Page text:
Russia, China and Iran have warned the United States that it must not intervene in Cuba after the island was rocked by major protests for which U.S. President Joe Biden cast his support.
As Cuban Foreign Minister Bruno Rodríguez railed against “the increased aggression of the U.S. government” during lengthy remarks delivered to the press Tuesday in the wake of historic anti-government demonstrations alleging shortages in COVID-19 vaccines and basic humanitarian needs, his message was echoed by three powers deeply critical of Washington’s foreign policy toward Havana, and in many other parts of the world.
In Moscow, Russian Deputy Foreign Minister Sergei Ryabkov met with Cuban ambassador Julio Garmendia Peña for a discussion earlier Tuesday in which “the Russian side expressed solidarity with Cuba’s government and people, and promised all-round support to the efforts towards the soonest normalization of the situation,” according to the Russian Foreign Ministry.
“The sides expressed confidence that the situation will return to normal soon,” the readout said, “and stressed the inadmissibility of foreign interference and other destructive actions that are fraught with the destabilization in Cuba.”
China too backed Cuba’s position as Chinese Foreign Ministry spokesperson Zhao Lijian told a press briefing Tuesday that, “the U.S. embargo is the root cause of Cuba’s shortage of medicines and energy.”
The decades-long U.S. restrictions against trade with Cuba were condemned last month for the 29th consecutive time by the United Nations General Assembly in a near-unanimous 184-2 vote. Zhao called on Biden to lift the sanctions, which were briefly relaxed under former President Barack Obama, before being reinstated by his successor, Donald Trump.
And Zhao also lashed out at any outside attempts to interfere in fellow communist-led Cuba.
“China firmly opposes foreign interference in Cuba’s internal affairs, firmly supports what Cuba has done in fighting COVID-19, improving people’s livelihood and upholding social stability, and firmly supports Cuba in exploring a development path suited to its national conditions,” Zhao said. “I’d like to stress that China stands ready to work with Cuba to implement the important consensus of the two heads of state and is firmly committed to deepening friendly relations between the two countries.”
Also critical of the U.S. role was Iran, another country subject to severe sanctions lifted by Obama and then put back in place under Trump.
“In this situation, where the United States is primarily responsible for the many problems created for the Cuban people,” Iranian Foreign Ministry spokesperson Saeed Khatibzadeh told reporters Tuesday, “it is trying to appear as a supporter of the Cuban protests and has tried to interfere in the internal affairs of this country in a blatant violation of international rules.”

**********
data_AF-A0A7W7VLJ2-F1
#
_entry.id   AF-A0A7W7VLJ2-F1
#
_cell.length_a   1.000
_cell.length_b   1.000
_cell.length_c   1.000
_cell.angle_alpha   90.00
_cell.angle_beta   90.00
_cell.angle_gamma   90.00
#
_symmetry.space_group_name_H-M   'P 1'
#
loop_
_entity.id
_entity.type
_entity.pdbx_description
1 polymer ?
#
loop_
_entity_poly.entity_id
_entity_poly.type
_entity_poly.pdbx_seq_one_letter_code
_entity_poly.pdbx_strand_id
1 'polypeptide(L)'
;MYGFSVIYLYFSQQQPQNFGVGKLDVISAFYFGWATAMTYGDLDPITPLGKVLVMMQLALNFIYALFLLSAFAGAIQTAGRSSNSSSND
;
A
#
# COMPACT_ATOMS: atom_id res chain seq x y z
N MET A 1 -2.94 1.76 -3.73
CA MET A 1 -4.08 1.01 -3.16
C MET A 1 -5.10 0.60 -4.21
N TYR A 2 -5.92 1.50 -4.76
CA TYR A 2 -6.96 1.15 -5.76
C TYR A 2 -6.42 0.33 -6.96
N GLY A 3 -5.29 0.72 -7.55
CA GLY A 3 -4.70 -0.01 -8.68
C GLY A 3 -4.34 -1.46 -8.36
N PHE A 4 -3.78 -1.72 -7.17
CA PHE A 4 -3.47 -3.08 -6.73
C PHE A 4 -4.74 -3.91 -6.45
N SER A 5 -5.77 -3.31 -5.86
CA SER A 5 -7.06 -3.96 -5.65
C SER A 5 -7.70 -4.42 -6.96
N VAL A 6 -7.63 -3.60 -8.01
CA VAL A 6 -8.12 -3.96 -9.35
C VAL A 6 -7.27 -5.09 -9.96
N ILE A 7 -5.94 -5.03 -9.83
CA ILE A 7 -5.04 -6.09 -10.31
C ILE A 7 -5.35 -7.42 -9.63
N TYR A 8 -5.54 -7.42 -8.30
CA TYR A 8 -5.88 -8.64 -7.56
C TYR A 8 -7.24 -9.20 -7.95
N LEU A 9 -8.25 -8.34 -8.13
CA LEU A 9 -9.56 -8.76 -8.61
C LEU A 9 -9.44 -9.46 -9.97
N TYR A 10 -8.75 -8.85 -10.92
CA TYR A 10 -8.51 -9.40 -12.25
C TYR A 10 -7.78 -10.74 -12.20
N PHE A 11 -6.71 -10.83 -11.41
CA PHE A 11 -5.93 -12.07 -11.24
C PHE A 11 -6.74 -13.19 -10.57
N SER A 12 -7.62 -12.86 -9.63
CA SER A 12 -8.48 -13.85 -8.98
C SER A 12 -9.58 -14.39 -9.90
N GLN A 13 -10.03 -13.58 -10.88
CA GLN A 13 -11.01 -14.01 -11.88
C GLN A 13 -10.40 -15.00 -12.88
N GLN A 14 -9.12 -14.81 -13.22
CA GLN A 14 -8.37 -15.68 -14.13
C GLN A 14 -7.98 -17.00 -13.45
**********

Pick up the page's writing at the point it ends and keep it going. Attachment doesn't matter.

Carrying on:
Iran, he said, “while condemning the illegal U.S. sanctions, which are an important factor in the economic hardships of the Cuban people, has condemned any interference in the internal affairs of this country and as a country facing illegal and oppressive U.S. sanctions.”
While the U.S. is currently engaged in negotiations, albeit indirect, with Iran as part of an effort to return to the 2015 nuclear deal struck the same year Obama carried out a historic thaw with Cold War-era foe Cuba, no plans to reengage Havana have been announced by Washington.
Biden has instead emphasized his backing for the demonstrations that took Cuba by storm on Sunday.
The president began remarks focused on his efforts to reduce gun crime Monday by “recognizing the remarkable protests that are taking place in Cuba, with the Cuban people demanding their freedom from an authoritarian regime.”
“I don’t think we’ve seen anything like this protest in a long, long time—if, quite frankly, ever,” Biden said. “The United States stands firmly with the people of Cuba as they assert their universal rights. And we call on the government of Cuba to refrain from violence or attempts to silence the voice of the people of Cuba.”
He declined to say whether he was considering lifting the embargo on Cuba, and White House Press Secretary Jen Psaki reiterated the president’s initial message on Tuesday.
The State Department remains in the midst of a policy review of the past administration’s ongoing policies toward Cuba, which Biden previously criticized on the campaign trail last September as having “inflicted harm on the Cuban people and have done nothing to advance democracy and human rights.”
Secretary of State Antony Blinken said Monday that the policy review “focuses on the political and economic well-being of the Cuban people, and obviously, we’re looking carefully and closely at what has just happened, what indeed is happening.
“And as we stated many times, at the heart of the review and at the heart of the policy that would result are democracy and human rights,” he added. “That’s core to our efforts. That will be reflected in the policy.”
Blinken also warned that “it would be a grievous mistake for the Cuban regime to interpret what is happening in dozens of towns and cities across the island as the result or product of anything the United States has done.”
“It would be a grievous mistake because it would show that they simply are not hearing the voices and will of the Cuban people,” Blinken said, “people deeply, deeply, deeply tired of the repression that has gone on for far too long, tired of the mismanagement of the Cuban economy, tired of the lack of adequate food, and of course, inadequate response to the COVID pandemic.”